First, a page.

A Swift Promise
GRAND RAPIDS — Making good on a promise, Walter Gutowski Jr. and Sr. have opened their hearts and their doors both to those needing printing and a place to live.
The pair, in cooperation with Genesis Nonprofit Housing Corp., renovated the floors above their printing company into residential units for disabled people.
The renovation entailed $1 million in repairs to Swift Printing itself and $4 million in improvements to the upstairs, $3 million alone in construction.
Swift occupies what was John Pershbocker's Oroiquis Building, which had a bare-bones upstairs boarding house. After Pershbocker died, his widow managed the boarding operation until it became too much for her.
When the Gutkowskis offered to buy the building in 1989, she exacted from them the promise that they would let the boarders stay on. "She didn't have to sell this to us and I know she had better offers elsewhere," said Gutowski Jr. "However, I promised her that I would continue taking in boarders and continue with the upkeep upstairs. I look at what we are doing now as simply making good on a promise."
In the late '90s, the Gutowskis bought the adjoining building and expanded Swift into it.
After taking over the responsibilities of running a successful print shop and being a landlord for upwards of 17 tenants — they now house 27 — Gutowski Jr. sought help from Genesis Nonprofit Housing Corp.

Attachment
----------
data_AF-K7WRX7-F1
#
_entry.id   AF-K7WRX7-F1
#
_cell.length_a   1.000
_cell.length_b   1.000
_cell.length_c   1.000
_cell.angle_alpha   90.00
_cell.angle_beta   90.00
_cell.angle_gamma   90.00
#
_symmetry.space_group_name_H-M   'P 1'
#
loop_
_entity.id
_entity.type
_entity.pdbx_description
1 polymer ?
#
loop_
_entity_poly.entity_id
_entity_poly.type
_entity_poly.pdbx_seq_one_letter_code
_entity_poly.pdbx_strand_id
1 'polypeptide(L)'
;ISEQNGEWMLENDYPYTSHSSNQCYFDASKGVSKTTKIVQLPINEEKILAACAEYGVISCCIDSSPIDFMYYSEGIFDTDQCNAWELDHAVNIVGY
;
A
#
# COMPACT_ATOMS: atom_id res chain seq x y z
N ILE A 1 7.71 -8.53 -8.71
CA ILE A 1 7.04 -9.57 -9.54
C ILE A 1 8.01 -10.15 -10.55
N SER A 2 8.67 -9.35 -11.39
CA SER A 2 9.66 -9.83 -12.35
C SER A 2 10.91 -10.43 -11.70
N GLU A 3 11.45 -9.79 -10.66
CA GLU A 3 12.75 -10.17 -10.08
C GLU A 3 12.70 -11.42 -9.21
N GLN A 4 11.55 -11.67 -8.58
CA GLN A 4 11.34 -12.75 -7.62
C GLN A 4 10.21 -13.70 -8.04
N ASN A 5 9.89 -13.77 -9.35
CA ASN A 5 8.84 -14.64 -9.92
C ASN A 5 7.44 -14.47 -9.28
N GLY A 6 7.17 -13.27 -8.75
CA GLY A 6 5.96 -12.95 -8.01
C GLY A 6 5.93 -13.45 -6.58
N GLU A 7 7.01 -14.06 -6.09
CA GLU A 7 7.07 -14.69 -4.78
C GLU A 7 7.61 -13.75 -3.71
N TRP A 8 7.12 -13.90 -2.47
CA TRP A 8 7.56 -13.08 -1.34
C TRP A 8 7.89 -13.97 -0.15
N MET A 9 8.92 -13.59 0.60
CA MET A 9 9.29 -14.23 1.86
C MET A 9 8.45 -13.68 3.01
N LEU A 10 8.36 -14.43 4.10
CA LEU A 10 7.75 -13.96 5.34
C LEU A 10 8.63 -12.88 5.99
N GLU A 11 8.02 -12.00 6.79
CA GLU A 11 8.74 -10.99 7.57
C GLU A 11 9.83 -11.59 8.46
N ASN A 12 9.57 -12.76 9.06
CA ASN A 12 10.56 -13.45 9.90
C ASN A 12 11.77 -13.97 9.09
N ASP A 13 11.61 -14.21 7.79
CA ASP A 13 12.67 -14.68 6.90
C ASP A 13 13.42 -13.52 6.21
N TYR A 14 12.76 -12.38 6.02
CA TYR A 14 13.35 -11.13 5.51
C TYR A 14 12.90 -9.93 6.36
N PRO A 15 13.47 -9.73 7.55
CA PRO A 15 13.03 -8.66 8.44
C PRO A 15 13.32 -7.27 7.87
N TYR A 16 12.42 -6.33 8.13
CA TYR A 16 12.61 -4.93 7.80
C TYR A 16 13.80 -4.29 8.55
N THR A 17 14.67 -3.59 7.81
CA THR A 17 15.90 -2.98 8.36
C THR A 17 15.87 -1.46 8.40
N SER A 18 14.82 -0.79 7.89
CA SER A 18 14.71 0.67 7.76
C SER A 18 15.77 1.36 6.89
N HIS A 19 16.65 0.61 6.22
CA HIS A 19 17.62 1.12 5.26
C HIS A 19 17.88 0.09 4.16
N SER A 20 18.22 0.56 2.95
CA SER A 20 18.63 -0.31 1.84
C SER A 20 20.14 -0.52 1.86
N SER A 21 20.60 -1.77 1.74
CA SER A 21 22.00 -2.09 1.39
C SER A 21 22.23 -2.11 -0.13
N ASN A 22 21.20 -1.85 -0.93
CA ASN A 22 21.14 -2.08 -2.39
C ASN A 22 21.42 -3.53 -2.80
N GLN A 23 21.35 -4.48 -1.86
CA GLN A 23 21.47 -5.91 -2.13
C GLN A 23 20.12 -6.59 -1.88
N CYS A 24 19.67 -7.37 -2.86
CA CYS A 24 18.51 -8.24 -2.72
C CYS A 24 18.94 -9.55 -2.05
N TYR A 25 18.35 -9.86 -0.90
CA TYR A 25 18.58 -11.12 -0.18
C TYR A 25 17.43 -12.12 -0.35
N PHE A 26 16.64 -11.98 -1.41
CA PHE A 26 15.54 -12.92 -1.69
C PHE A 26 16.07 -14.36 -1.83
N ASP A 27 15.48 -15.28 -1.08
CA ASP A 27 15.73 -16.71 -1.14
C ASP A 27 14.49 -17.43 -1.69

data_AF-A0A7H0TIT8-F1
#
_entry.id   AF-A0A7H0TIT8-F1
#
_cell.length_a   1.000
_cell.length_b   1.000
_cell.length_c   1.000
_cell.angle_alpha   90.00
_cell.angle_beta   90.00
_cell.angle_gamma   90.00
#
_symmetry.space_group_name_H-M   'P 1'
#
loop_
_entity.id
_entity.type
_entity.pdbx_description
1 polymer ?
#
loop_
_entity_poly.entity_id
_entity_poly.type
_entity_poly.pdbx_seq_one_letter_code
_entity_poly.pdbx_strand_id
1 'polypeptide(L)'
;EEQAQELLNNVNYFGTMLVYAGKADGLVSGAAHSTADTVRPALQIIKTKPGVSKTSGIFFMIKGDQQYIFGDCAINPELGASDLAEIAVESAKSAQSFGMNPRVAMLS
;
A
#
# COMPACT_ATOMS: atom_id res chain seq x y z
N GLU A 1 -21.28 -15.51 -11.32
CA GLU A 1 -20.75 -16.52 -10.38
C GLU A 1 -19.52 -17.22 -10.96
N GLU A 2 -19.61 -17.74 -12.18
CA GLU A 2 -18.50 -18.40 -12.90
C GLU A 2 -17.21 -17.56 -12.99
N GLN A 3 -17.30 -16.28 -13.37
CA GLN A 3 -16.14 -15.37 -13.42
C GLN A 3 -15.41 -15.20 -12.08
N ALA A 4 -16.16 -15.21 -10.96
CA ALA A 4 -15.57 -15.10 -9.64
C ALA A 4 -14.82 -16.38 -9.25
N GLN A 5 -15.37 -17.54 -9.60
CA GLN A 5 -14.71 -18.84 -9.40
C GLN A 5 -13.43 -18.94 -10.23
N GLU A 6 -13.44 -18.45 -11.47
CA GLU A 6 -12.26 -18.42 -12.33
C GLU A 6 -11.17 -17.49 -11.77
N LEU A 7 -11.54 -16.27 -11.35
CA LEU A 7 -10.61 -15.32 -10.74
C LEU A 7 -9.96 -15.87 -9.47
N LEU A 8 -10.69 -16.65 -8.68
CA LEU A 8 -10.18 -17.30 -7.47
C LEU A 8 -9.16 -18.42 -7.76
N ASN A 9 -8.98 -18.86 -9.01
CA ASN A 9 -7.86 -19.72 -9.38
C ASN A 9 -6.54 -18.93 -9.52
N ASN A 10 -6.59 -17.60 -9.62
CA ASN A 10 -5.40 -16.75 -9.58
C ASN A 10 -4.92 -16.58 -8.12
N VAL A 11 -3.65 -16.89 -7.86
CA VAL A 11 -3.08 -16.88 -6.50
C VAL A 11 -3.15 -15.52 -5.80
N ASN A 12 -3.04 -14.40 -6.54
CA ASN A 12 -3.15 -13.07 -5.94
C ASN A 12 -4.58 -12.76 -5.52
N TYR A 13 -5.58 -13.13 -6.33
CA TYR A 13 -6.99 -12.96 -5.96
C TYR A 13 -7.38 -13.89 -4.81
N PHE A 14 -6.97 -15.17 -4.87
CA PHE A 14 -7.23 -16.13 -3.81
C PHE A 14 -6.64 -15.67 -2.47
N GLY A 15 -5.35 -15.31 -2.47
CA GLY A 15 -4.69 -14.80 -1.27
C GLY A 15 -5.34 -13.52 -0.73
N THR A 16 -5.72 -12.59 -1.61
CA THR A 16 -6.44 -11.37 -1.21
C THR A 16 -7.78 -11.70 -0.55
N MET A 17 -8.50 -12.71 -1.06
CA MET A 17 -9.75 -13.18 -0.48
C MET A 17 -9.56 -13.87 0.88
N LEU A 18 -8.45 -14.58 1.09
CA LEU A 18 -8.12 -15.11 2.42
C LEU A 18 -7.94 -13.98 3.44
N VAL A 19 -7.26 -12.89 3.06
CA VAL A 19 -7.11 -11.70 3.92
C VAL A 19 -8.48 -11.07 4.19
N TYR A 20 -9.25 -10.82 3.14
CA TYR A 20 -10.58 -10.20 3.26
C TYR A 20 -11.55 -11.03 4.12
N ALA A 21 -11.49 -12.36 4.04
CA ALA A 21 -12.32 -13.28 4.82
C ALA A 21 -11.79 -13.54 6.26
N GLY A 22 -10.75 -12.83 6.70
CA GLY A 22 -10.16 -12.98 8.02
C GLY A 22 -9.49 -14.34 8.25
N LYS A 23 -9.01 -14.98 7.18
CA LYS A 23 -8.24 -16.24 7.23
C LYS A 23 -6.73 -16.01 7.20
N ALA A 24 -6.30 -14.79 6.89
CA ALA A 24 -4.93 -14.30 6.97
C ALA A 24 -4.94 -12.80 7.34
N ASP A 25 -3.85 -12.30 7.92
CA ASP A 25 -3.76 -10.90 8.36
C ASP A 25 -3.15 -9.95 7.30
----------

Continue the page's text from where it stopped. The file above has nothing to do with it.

He already was a friend of Dennis Sturtevant, executive director of the Dwelling Place and a Genesis board member. "So I asked him if he would be interested in running the upstairs for me while I continued to run the print shop. About four years ago we actually decided to partner on this project.
"People aren't aware or are scared of mental illness and disabilities and think that people affected by it are a threat to society, and that is not true. My children help out here in the office and they frequently run into tenants. If I feel safe with that, then people can feel safe having a housing unit in their neighborhood.
"I have accepted some people with poor backgrounds and some ex-cons, and most of it is done from the heart," he added. "There are always a few who really succeed in putting their life together and making the most of what they have — and those are the ones that keep me doing what I am doing. Those are the ones that make it all worth it."
The Gutowskis' charitable giving doesn't end there. They also donate printing, coach youth sports, spend one Sunday a month preparing meals at a soup kitchen, serve on boards of several community organizations and fund scholarships at local Catholic high schools. "I fund a scholarship at West Catholic High School in honor of my former cross-country coach, as well as other ones in the schools and one through the Urban League," Gutowski Jr. noted.
Late last year, Swift and the Gutowskis were honored with the Gerald R. Helmholdt Grand Prize in the 12th edition of the Neighborhood Business Awards, and the Small Retailer of the Year Award from the Michigan Retailers Association.
Sharon Evoy, executive director of the Neighborhood Business Specialist Program noted, "I think they exemplify the best in neighborhood business districts by not only doing a commercial rehab that is very nice, but also by providing the housing for the disabled."
"It is so nice and humbling to receive these awards, but we are truly just doing what we have always done," said Gutowski Jr. "There is nothing better than feeling that you are making a difference."